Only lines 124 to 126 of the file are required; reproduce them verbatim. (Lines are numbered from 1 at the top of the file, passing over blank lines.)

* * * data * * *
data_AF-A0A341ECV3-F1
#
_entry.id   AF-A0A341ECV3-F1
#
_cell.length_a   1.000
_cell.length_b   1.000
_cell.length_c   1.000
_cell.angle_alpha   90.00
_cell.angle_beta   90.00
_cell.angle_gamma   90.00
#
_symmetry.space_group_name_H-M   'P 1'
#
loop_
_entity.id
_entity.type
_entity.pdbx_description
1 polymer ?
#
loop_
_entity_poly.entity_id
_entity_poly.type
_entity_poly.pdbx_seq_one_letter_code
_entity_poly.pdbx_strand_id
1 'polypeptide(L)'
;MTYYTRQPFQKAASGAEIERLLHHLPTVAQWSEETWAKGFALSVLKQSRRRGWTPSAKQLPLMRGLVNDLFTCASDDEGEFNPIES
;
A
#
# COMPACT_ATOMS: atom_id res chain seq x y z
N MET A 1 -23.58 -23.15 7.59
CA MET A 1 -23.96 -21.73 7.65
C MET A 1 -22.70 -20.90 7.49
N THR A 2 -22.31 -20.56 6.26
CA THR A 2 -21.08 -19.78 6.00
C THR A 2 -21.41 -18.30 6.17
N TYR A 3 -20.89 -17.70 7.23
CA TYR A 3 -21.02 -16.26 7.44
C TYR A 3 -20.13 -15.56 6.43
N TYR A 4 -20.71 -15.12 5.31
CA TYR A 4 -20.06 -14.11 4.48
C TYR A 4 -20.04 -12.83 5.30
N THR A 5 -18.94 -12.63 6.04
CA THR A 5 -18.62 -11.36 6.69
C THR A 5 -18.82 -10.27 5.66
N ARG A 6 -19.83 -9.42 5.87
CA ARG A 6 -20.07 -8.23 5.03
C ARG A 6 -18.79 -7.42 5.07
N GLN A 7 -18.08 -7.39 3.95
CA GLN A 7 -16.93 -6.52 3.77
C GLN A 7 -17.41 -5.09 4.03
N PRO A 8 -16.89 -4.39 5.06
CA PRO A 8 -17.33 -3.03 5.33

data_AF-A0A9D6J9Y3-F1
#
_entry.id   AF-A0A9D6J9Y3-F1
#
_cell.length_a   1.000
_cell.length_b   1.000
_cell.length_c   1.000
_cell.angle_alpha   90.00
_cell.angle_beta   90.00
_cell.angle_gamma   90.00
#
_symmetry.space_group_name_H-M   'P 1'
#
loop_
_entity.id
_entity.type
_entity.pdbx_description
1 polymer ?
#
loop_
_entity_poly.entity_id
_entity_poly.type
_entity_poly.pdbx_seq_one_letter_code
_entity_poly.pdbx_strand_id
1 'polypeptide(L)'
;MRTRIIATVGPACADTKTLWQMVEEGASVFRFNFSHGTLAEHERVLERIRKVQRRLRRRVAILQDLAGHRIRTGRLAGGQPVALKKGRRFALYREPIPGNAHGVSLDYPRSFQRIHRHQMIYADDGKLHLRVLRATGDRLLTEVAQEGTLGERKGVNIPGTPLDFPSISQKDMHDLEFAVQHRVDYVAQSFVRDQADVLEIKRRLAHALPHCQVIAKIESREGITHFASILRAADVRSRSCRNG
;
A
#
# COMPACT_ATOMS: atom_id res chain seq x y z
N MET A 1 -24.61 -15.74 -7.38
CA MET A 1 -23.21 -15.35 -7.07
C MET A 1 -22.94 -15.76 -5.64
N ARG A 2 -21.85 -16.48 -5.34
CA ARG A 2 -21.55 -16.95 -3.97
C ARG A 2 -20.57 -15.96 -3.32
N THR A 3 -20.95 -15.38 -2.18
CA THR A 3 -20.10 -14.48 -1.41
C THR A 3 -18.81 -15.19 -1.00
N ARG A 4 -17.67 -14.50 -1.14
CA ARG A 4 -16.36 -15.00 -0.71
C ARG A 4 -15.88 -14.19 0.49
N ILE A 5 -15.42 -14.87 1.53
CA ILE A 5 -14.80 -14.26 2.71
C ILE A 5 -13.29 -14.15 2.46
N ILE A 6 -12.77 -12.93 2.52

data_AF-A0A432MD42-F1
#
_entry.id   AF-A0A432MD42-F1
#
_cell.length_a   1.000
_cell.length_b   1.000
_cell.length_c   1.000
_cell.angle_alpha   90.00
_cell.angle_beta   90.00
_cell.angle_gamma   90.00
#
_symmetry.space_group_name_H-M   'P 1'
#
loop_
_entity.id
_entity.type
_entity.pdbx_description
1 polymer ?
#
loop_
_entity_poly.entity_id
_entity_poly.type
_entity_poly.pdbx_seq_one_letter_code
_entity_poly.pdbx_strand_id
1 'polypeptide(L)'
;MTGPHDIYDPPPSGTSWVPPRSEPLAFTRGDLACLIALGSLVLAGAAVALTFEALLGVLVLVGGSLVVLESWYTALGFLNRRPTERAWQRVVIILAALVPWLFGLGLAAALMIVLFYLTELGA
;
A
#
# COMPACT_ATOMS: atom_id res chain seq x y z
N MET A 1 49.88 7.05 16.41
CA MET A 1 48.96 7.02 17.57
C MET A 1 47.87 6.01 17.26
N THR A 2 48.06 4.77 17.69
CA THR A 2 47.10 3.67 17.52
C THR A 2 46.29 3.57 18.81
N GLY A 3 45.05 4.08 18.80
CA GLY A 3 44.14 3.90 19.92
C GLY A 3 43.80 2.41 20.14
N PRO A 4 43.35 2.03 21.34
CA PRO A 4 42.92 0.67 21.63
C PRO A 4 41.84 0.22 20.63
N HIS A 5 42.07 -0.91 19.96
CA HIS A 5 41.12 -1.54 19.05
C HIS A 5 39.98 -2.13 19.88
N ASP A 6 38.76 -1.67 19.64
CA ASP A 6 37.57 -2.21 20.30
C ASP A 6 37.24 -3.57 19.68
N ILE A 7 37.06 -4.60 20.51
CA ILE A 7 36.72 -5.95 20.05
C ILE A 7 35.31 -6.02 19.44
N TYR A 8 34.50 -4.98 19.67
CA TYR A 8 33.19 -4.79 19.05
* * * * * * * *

1 'polypeptide(L)'
;MTGPHDIYDPPPSGTSWVPPRSEPLAFTRGDLACLIALGSLVLAGAAVALTFEALLGVLVLVGGSLVVLESWYTALGFLNRRPTERAWQRVVIILAALVPWLFGLGLAAALMIVLFYLTELGA
;